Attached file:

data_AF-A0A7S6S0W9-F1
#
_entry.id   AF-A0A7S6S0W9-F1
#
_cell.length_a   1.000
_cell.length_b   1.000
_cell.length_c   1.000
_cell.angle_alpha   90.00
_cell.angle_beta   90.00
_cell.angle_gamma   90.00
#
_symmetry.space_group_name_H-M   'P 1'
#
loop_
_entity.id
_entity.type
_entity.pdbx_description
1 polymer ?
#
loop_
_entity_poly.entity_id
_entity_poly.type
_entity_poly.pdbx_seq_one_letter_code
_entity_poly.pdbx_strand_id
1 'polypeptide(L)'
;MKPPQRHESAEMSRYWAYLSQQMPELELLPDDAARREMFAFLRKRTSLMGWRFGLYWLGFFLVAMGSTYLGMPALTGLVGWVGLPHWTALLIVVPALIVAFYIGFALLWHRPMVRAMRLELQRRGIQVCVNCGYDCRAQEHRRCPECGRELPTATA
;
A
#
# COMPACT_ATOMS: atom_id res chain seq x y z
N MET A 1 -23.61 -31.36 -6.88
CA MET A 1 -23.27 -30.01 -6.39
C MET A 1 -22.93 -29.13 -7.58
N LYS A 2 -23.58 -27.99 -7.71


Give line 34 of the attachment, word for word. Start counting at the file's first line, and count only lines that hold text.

N LYS A 2 -23.58 -27.99 -7.71